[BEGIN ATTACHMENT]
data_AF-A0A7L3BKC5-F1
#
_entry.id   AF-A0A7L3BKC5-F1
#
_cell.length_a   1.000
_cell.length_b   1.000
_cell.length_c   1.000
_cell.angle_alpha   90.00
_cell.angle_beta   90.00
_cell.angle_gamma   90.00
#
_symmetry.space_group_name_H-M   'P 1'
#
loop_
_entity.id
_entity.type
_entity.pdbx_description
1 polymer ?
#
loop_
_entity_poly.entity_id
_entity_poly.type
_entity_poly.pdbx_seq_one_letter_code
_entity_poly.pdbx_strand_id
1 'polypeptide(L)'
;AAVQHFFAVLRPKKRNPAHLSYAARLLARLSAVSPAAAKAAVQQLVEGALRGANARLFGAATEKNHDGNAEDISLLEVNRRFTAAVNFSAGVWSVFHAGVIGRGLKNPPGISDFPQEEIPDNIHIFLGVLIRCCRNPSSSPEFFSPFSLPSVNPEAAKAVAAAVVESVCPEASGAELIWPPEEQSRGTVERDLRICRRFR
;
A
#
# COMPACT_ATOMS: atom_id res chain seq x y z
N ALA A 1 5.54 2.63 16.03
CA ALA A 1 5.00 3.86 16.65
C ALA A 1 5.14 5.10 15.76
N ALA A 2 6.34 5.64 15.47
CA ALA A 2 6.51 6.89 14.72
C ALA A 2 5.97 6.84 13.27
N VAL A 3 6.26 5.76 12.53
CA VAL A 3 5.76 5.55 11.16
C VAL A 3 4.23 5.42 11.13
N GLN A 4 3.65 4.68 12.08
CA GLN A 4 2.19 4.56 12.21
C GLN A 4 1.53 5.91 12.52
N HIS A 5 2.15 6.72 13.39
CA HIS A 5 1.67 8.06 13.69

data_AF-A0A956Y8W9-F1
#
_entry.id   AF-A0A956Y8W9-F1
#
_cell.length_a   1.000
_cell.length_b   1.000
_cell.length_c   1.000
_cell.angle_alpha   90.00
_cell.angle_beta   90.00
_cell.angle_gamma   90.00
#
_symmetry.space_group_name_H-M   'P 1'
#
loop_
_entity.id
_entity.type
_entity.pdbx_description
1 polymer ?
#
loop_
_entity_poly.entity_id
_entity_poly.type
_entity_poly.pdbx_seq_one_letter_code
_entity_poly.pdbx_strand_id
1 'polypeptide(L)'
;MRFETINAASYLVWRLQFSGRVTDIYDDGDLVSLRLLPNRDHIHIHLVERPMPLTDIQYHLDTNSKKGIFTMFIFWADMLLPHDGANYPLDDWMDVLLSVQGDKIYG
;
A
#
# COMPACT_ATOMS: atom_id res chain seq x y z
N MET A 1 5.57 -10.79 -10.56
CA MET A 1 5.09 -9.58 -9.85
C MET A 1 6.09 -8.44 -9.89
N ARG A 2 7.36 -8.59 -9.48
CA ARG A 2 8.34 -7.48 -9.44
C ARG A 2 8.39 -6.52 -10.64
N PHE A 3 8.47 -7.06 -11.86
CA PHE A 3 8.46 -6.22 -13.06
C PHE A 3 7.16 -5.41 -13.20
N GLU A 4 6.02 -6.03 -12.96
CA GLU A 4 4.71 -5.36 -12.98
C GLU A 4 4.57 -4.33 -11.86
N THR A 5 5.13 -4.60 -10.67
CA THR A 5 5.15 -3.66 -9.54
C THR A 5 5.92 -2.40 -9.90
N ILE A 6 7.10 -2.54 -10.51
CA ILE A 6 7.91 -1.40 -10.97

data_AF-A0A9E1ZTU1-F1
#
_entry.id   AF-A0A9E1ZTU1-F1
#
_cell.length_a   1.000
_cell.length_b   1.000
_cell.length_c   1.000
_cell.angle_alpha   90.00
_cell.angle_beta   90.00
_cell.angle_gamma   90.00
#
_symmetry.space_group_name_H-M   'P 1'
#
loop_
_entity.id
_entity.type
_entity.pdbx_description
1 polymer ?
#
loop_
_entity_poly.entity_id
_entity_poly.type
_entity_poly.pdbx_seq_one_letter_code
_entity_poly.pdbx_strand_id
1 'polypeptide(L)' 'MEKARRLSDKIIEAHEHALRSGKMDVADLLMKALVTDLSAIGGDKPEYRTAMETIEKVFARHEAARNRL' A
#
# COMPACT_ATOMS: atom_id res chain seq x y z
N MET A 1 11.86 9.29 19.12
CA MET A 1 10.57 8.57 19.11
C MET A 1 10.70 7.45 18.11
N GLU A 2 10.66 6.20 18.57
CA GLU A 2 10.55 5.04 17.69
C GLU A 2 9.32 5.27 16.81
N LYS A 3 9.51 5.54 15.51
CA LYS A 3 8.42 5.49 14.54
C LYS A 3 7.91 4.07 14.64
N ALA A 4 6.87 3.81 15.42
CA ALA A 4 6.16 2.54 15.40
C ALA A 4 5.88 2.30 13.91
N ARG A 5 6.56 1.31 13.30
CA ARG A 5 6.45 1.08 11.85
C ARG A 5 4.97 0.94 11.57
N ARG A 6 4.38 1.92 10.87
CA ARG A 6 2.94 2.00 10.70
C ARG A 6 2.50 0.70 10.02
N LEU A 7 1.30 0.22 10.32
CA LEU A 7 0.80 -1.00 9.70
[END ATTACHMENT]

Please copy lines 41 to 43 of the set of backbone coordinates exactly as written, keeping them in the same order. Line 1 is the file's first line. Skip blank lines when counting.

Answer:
CA GLN A 4 2.19 4.56 12.21
C GLN A 4 1.53 5.91 12.52
N HIS A 5 2.15 6.72 13.39